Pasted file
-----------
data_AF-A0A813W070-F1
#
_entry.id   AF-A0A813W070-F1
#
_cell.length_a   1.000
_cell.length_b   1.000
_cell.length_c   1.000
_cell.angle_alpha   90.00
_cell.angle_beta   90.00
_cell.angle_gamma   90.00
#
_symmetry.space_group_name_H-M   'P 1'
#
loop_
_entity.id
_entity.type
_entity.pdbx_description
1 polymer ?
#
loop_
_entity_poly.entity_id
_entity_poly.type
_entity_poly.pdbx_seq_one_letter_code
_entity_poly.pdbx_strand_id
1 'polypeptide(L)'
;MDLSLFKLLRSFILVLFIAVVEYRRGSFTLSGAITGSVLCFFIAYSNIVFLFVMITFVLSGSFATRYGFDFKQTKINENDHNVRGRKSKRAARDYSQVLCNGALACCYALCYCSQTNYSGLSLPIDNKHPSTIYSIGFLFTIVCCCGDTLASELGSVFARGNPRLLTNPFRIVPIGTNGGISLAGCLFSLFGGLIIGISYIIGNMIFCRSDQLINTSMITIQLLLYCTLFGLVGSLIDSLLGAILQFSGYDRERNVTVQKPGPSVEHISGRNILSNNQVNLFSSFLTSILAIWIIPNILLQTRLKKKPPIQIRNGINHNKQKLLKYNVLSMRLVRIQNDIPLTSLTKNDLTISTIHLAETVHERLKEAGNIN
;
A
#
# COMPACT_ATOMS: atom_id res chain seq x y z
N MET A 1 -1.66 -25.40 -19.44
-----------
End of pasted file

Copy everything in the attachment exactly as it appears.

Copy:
data_AF-A0A813W070-F1
#
_entry.id   AF-A0A813W070-F1
#
_cell.length_a   1.000
_cell.length_b   1.000
_cell.length_c   1.000
_cell.angle_alpha   90.00
_cell.angle_beta   90.00
_cell.angle_gamma   90.00
#
_symmetry.space_group_name_H-M   'P 1'
#
loop_
_entity.id
_entity.type
_entity.pdbx_description
1 polymer ?
#
loop_
_entity_poly.entity_id
_entity_poly.type
_entity_poly.pdbx_seq_one_letter_code
_entity_poly.pdbx_strand_id
1 'polypeptide(L)'
;MDLSLFKLLRSFILVLFIAVVEYRRGSFTLSGAITGSVLCFFIAYSNIVFLFVMITFVLSGSFATRYGFDFKQTKINENDHNVRGRKSKRAARDYSQVLCNGALACCYALCYCSQTNYSGLSLPIDNKHPSTIYSIGFLFTIVCCCGDTLASELGSVFARGNPRLLTNPFRIVPIGTNGGISLAGCLFSLFGGLIIGISYIIGNMIFCRSDQLINTSMITIQLLLYCTLFGLVGSLIDSLLGAILQFSGYDRERNVTVQKPGPSVEHISGRNILSNNQVNLFSSFLTSILAIWIIPNILLQTRLKKKPPIQIRNGINHNKQKLLKYNVLSMRLVRIQNDIPLTSLTKNDLTISTIHLAETVHERLKEAGNIN
;
A
#
# COMPACT_ATOMS: atom_id res chain seq x y z
N MET A 1 -1.66 -25.40 -19.44